ARG’s could be seen as a simulation mechanism of world description and improvement, a utopian machine, a world lab. In this scenario new forms of collaborative narratives come into being. Massive multiplayer collaboration projects (MMORPGs) for example, are internet-based role games in which thousand of gamers inhabit a virtual world. Little Big Planet (LBP) is currently one of the most successful collaborative games. More than 1.3 million users build in the so–called popit their own society, with landscapes, buildings, unique technologies, and summer specials that have to be purchased with money from the real world.
The twentieth century stormed feverishly into the future. It couldn’t wait to finally live in a utopian society in the real world. The twenty-first century seems to expect nothing from a future reality, instead shifting its metaphysical yearnings to the virtual world. In spite of every attempt to unite virtual and real world, the search for meaning remains unsolved.
The gamer pursues his goal with undivided attention but with no strong motivation. It doesn’t really mean anything to him. Like in Zen, the way is the purpose, strong attachments lead to upset, and drama and should be avoided. Even in alternate reality games, fulfilling the mission doesn’t have a deeper meaning. Students on a secret quest to find a hidden math book, collaborating via twitter and text message, may have fun and strive to break a secret math code in order to get to next level. The thinking process and work flow is entirely solution based, not problem-based. The students do not care about why they break the math code, as long as they break it and get the award. A player wants to make it. The game has no other meaning other than a winning. Yet if critical thinking is not implemented in the games matrix, the gamer has no means to analyze and evaluate the outcome. In ARG’s he might change reality but doesn’t understand how and why. In fact, the how and why of reality altered through gaming is entirely in the hands of the game designer and industry. Only if the gamer finds himself as a motivated story character in an analytical fable and ask why do I need to break the math code, will the user-based narrative meet and potentially heal the collective neuroses of our time.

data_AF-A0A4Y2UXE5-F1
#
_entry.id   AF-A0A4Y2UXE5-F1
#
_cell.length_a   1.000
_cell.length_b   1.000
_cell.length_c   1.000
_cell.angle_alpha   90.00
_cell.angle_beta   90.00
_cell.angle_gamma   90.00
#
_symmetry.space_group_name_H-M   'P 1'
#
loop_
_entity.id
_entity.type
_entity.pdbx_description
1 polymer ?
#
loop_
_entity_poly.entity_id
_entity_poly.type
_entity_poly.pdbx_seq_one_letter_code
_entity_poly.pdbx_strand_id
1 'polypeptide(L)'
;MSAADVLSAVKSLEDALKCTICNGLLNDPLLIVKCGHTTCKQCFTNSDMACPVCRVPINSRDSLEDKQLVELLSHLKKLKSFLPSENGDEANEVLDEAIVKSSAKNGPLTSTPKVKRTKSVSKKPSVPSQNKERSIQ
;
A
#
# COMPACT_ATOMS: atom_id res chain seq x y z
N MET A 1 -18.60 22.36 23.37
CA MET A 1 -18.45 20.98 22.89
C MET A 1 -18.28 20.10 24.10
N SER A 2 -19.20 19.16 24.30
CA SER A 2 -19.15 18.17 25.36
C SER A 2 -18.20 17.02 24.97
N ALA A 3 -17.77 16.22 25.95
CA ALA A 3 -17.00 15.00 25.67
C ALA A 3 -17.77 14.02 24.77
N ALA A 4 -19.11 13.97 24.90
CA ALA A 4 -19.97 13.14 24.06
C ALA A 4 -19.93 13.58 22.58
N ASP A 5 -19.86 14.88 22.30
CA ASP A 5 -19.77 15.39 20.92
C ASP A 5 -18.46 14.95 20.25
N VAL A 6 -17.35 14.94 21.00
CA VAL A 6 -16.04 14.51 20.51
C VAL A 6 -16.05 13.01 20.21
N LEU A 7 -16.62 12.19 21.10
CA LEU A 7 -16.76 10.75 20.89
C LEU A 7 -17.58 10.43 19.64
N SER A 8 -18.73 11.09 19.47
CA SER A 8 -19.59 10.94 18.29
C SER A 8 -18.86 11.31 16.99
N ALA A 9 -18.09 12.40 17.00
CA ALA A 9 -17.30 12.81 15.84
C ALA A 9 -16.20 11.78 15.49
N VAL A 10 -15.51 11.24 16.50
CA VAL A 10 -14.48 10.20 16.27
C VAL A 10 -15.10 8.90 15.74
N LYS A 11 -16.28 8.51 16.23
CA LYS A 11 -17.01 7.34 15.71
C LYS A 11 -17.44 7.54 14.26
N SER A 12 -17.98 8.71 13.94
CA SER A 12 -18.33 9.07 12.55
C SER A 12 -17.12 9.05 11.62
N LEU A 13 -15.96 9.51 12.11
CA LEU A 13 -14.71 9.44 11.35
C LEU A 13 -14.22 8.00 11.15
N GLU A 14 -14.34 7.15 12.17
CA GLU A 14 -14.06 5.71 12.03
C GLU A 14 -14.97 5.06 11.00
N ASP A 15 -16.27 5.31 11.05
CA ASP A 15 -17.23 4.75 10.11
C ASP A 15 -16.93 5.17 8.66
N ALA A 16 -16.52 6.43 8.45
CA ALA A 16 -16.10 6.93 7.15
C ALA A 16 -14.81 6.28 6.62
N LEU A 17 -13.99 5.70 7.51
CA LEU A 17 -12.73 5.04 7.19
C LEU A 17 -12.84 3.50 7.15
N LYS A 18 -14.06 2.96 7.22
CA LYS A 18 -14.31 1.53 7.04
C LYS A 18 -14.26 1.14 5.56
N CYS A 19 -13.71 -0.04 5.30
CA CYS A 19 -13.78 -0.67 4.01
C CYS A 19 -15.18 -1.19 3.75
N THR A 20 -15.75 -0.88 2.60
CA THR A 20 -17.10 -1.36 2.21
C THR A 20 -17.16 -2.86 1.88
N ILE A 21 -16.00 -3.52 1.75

In the tragic serial narrative, the audience member identifies with the protagonist because he is empathetic. Yet empathy plays no role in games. A gamer doesn’t feel anything when beheading the enemy. The exhibitionist potential of the avatar is far from exhausted. Gamers might experience dystopian doldrums, but they game without a cathartic healing. At this point, storytelling in games is driven by technology and play. Yet as long as games lack empathy-informed storytelling, they remain a sociopathic apparatus. Only games that include the qualities of serial horizontal storytelling, could become a wonder box and impact the real world.